This study analyzes factors associated with land rental market and its implication on food security in rural households of Malawi. Land rental markets transfer land from land rich but resource poor to land poor but wealthy households. It is also a remedy to scarcity of land due to soaring population growth and hence high pressure on farm land. A binary probit model was applied for participation, and censored (Tobit) for degree of participation for both tenants and landlords to pin down socio-economic factors affecting the land rental market using 450 randomly sampled households across six districts.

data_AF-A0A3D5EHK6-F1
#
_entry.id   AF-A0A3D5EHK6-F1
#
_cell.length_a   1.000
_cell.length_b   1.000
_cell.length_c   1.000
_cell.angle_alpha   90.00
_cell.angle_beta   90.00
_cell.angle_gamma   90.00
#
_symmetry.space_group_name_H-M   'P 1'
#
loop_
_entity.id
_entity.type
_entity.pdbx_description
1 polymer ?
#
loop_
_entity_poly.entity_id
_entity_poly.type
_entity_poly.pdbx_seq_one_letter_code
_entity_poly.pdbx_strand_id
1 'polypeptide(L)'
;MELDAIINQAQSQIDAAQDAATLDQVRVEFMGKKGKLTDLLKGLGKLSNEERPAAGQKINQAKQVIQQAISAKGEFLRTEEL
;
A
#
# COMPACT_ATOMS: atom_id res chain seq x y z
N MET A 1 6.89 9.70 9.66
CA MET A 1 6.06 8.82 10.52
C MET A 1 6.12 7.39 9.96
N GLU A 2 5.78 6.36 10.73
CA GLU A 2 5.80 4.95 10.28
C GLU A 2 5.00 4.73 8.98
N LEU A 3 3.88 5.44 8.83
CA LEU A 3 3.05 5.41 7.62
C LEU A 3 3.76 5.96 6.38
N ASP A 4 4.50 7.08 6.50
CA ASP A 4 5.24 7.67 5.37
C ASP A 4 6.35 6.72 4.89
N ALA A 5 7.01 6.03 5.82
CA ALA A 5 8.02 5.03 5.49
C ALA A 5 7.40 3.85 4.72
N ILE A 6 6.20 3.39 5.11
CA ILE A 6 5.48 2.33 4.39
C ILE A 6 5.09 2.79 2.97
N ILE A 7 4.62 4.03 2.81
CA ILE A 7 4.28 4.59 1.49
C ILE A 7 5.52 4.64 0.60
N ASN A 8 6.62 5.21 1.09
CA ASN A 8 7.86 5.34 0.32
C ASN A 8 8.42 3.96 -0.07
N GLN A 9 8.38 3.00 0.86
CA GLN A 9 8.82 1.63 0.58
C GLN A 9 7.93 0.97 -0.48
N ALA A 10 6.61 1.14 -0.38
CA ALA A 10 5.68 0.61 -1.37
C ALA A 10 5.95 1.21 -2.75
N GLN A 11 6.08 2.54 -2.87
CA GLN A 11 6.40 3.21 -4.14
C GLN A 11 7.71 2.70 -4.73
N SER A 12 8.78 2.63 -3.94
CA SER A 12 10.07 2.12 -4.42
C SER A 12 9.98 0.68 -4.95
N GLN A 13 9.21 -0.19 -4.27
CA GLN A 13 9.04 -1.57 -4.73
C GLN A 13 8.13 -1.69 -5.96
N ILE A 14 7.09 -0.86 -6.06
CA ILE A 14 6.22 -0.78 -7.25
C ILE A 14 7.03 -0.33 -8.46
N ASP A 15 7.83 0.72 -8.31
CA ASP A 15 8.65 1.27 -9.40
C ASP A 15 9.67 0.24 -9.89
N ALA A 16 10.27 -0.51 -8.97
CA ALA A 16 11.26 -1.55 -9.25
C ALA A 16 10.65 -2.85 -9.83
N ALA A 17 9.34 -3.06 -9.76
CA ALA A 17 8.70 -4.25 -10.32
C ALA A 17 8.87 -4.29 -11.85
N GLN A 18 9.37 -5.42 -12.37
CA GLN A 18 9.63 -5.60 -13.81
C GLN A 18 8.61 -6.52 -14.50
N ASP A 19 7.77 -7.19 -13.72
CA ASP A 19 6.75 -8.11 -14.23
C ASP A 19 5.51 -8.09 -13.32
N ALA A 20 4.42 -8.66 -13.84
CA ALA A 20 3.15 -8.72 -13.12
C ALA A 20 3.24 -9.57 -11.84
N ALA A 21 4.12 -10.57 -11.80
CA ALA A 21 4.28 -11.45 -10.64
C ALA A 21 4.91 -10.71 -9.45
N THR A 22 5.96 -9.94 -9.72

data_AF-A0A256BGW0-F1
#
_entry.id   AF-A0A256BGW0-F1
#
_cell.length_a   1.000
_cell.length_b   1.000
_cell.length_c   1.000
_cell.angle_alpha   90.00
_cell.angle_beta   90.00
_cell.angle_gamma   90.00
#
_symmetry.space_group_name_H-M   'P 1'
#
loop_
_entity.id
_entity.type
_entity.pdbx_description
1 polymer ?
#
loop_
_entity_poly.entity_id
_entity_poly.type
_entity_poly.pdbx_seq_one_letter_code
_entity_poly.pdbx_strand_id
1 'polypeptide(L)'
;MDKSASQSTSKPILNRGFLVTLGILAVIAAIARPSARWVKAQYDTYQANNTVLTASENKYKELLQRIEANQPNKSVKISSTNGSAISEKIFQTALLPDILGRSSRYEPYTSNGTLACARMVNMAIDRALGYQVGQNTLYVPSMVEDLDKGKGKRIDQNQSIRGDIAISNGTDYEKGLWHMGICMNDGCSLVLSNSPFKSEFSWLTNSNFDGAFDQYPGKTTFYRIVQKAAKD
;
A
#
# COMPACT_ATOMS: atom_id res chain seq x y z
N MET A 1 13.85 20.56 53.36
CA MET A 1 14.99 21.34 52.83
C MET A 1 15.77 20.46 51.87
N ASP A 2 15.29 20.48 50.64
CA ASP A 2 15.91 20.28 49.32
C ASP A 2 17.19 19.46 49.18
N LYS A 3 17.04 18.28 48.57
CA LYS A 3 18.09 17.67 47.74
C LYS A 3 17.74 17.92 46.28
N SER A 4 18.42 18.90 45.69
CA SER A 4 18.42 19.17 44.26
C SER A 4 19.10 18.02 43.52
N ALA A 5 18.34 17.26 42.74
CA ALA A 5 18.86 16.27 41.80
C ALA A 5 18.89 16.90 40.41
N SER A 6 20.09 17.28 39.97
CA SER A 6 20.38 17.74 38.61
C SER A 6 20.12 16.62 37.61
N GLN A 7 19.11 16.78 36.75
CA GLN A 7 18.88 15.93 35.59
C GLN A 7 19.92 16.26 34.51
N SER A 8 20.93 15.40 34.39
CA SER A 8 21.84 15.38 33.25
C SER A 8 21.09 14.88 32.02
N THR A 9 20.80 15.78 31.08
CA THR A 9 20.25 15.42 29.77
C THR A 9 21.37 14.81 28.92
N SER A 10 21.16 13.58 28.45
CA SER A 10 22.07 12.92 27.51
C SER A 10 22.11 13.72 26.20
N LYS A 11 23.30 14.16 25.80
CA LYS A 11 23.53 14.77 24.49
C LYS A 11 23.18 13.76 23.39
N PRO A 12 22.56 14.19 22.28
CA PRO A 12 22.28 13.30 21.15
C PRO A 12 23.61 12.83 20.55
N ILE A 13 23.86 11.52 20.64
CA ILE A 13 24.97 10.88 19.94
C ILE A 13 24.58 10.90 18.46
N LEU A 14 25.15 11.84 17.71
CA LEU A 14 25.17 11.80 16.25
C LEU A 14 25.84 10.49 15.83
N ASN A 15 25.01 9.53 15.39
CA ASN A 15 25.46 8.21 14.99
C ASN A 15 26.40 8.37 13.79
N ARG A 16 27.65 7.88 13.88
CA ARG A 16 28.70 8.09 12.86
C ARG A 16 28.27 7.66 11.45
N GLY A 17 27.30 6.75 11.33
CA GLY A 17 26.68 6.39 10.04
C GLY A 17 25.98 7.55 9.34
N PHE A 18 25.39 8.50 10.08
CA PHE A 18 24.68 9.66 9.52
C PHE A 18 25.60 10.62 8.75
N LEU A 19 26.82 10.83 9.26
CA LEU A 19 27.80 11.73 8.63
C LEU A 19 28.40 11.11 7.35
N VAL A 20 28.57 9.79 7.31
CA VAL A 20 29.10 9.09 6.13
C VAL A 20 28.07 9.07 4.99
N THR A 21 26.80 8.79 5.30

Treatment effect model was used to test whether land market participation improves food security of the participants. After controlling for soil characteristics and agro ecological factors, the study revealed that rental participation has significantly improved the tenant’s food access in terms of staple food (maize) but has no positive significant effect on the landlords’ maize output.
This is one of the very few studies which have investigated the link between land market and food security in Malawi. A rare research showing how land rental markets have been used to transfer land from land rich but resource poor to land poor but wealthy households.
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